The film was perhaps too far for most Monkee fans to go - but then there weren't that many Monkee fans around by 1968 anyway, with the rule-breaking of 'Head' making much more sense when you realise who wrote it and why. When Screen Gems commissioned it in early 1967 a Monkee movie seemed like a no-brainer: the band had the biggest hit TV programme in years, appealed to a mightily wide demographic for a 'teenage' show and rock and roll films were big back then. Chances are none of the high-up 'Head' honchos ever gave a thought to the fact that the band either wouldn't simply make a fuller version of one of their TV episodes or that the teeny-boppers wouldn't watch it. They probably thought they were being extra-careful, in fact, assigning only a medium budget to the project and persuading as much of the staff who'd worked on the TV series as possible to still be involved. However The Monkees' fall from grace across the next eighteen months was spectacular: few acts have ever gone from 'hero' to zero' at such speed. The film could and perhaps should have been cancelled - but the wheels of bureaucracy worked a million times smaller than the pop scene of who was in and who was out and so Monkee creator Bob Rafelson faced having to make a film that he was contractually obliged to make, for an audience that almost completely would never go to see it. A lesser band would have decided to simply re-make their hit TV series anyway and bring people that way (while being crucified for still doing something 'the same' that wasn't working - the fate of almost every TV spin-off since time immemorial - or the invention of the cathode ray tube at any rate). But The Monkees weren't a lesser band. If this was going to be some grand last statement (it was of sorts, the last album if not quite the last project to feature all four Monkees) then the band were adamant it was going to be one hell of a last statement, made for people to look back on a half-century later when all the fuss about The Monkees being a 'real' band had died out and the world could better understand what the greatest multi-media experiment of the 20th century was 'really' about. As Mike Nesmith put it years later, making a film so far-out it was in (despite flying way above the 'heads' of most of the people who saw it, without even being advertised with The Monkees' name) was 'the only thing we could have done that wouldn't have been awful'.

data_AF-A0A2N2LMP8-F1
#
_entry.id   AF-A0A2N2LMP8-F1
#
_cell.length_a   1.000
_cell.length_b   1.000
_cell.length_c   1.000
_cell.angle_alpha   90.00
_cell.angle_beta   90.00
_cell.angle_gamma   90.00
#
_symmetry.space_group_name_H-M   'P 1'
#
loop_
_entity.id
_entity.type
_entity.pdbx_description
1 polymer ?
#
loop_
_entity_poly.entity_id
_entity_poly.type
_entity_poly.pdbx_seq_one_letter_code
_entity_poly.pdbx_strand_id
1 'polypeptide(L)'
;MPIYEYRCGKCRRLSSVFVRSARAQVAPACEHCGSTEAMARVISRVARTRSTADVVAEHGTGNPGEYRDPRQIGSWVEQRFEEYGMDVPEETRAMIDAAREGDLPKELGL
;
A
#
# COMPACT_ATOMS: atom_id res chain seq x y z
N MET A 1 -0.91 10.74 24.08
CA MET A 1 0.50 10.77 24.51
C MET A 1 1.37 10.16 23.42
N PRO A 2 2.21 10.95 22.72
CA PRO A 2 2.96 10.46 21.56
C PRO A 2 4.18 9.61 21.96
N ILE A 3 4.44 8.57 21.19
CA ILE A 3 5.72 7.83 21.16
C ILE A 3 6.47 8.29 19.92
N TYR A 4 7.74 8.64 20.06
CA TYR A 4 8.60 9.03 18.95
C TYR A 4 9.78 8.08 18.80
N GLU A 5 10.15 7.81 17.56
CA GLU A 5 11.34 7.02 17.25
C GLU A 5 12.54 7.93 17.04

With the budget already assigned and no way of getting out of the contract, it was agreed that the new film would not only agree that The Monkees were 'manufactured' but why, creating a surreal ‘expose’ of the group that in a postmodern way would explore the facade of the band, of music, of television and the 60s in general. To their undying credit, all four Monkees set about this project with varying degrees of glee, enjoying the chance to break free form the confines of their TV series’ characters and create the kind of subversive, formless experiment on film that they had begun to create in the music studios. Micky, Mike, Davy and Peter camped for a week in Hawaii with Bob and his new but as yet inexperienced friend Jack Nicholson (who still rates this film as the best thing he was ever involved with), each chipping in ideas for the surreal scenes that take place in the film and squabbling over what form it should take; with four very different creative artists involved, the only thing they could agree on was that the film absolutely shouldn’t be a 90 minute condensed version of what they had already done. So Head is a combination and indeed a spoof of several genre films, just like the caricatures of other programmes presented on the TV series every week but much bleaker and far more pacy: pop art, horror, beach movie, silent movies, documentaries, sport features, films about explorers, commercials about dandruff, you name it, it’s all in there somewhere. The programme appears to be as free-wheeling as The Beatles' 'Magical Mystery Tour' so fans of both groups will have known what to expect - except that it isn't. 'Head' is a lot darker than MM Tour. Though both projects take the mundane and make it magical (The Beatles took a boring couch trip and added magicians, while The Monkees take on every genre they'd ever parodied all at once) 'MM Tour' has a benevolent genie in charge making everything come out right, bar a surreal 'I Am The Walrus' soundscape and Aunt Jessie being over-fed with spaghetti. 'Head' is a project about doors being shut, of being forever trapped in big black boxes, of the restrictions of fiction as The Monkees swap one backdrop for another and prove that all of them - including 'real life' - is 'one big fake' and which begins and ends with the band's own suicide (does it, in fact, take place inside Micky's brain as his consciousness ebbs away? Lots lots lots more of this sort of thing in our 'Monkee Film Section' coming soon!)